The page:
|Copyright: John Denk (jpdenk)
|Date Taken: 2013-04-07|
|Camera: Nikon D90, 60mm f/2.8D AF Micro Nikkor|
|Exposure: f/11, 1/200 seconds|
|Details: Tripod: Yes|
|More Photo Info: [view]|
|Photo Version: Original Version|
|Date Submitted: 2013-04-08 23:18|
|[Note Guidelines] Photographer's Note|
|Texas Bluebonnet, Lupinus texensis, photographed at the Fort Worth Nature Center and Refuge near Forth Worth, Texas.|
I put my camera on a small tripod and used a wired remote to trigger the camera during brief lulls in the strong breeze that I had on this day.
Kingdom-Plantae – Plants
Subkingdom-Tracheobionta – Vascular plants
Superdivision-Spermatophyta – Seed plants
Division-Magnoliophyta – Flowering plants
Class-Magnoliopsida – Dicotyledons
Family-Fabaceae – Pea family
Genus-Lupinus L. – lupine
Species-Lupinus texensis Hook. – Texas Bluebonnet
Info from Wikipedia:
Lupinus texensis (common name Texas Bluebonnet) is a species of lupine which is endemic to Texas. With other related species of lupines also called bluebonnets, it is the state flower of Texas.
It is a biennial plant which begins its life as a small gravel-like seed. The seed has a hard seed coat that must be penetrated by wind, rain and weather over the course of a few months (but sometimes several years). In the fall the bluebonnets emerge as small seedings with two cotyledons, and later a rosette of leaves that are palmately compound with 5-7 leaflets 3-6 cm long, green with a faint white edge and hair. Growth continues over the mild winter months and then in the spring will take off and rapidly grow larger before sending up a 20-40 cm tall plume of blue flowers (with bits of white and occasionally a tinge of pinkish-red).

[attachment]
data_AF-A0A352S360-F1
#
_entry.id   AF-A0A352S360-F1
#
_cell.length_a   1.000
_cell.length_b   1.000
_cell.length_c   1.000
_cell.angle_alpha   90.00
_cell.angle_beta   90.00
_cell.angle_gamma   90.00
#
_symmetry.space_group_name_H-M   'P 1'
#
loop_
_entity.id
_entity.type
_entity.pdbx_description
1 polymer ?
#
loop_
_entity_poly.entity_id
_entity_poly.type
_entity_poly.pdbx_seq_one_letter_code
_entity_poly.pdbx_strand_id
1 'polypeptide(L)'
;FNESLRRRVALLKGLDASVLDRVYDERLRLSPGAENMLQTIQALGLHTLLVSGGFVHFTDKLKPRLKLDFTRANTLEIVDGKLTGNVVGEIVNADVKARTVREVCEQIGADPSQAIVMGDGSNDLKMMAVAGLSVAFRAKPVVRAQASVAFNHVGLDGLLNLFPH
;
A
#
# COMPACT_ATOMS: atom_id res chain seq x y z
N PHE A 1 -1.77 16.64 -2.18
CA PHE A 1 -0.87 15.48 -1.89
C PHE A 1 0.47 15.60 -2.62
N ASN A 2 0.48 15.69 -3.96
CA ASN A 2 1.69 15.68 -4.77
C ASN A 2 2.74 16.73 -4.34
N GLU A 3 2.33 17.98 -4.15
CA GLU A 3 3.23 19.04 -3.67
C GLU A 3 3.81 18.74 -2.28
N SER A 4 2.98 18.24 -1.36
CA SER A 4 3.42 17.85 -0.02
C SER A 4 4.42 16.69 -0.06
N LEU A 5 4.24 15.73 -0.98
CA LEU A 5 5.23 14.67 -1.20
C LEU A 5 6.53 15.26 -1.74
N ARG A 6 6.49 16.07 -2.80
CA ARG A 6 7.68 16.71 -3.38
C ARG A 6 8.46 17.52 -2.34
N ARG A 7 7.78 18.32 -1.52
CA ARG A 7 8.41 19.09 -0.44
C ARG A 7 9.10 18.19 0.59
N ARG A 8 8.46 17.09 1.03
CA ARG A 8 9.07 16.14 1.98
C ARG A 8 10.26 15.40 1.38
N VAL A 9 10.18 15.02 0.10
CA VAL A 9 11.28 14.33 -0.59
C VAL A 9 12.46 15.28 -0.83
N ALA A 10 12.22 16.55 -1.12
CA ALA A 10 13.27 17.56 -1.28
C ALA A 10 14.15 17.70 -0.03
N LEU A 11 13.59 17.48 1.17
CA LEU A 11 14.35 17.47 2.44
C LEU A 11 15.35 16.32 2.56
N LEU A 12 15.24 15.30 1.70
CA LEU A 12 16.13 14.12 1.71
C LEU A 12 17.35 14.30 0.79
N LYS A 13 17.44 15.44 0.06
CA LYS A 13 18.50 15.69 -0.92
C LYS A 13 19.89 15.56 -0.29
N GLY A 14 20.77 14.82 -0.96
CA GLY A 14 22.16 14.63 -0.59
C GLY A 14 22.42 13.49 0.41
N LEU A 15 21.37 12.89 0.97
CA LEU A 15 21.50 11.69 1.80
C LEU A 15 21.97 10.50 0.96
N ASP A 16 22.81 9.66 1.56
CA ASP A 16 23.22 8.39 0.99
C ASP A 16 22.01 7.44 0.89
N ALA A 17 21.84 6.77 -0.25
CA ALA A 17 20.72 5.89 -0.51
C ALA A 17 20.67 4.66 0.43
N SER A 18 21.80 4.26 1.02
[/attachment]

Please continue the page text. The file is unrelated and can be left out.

It has been found in the wild with isolated mutations in other colors, most notably all-white flowers, pink, and maroon. These mutations have since been selectively bred to produce different color strains that are available commercially.
freakywindow, tuslaw has marked this note useful
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Nice flowers with beautiful colors and good sharpness
- [2013-04-09 9:04]
Great to see a post from you once more. You have captured these pretty blubonnets perfectly in a fine looking vertical presentation. Love the vivid yet natural colors and exceptional sharpness. I would never have guessed that it was a windy day from the detail you managed to obtain.
Apparently Texas is way ahead of us, as things are still all brown in the woods here in Ohio. I can't wait until the birds really get fired up with their spring migration up at Magee Marsh. Hope to see some more wonderful shots from you soon!!
- [2013-04-09 11:23]
Hi John,beautiful capture of this blue lupinus,very common in my country too but only in the private gardens..ehehe...i like your perspective and the perfect capture of the colors,very difficult this blue for a digital camera.Have a nice day and thanks,Luciano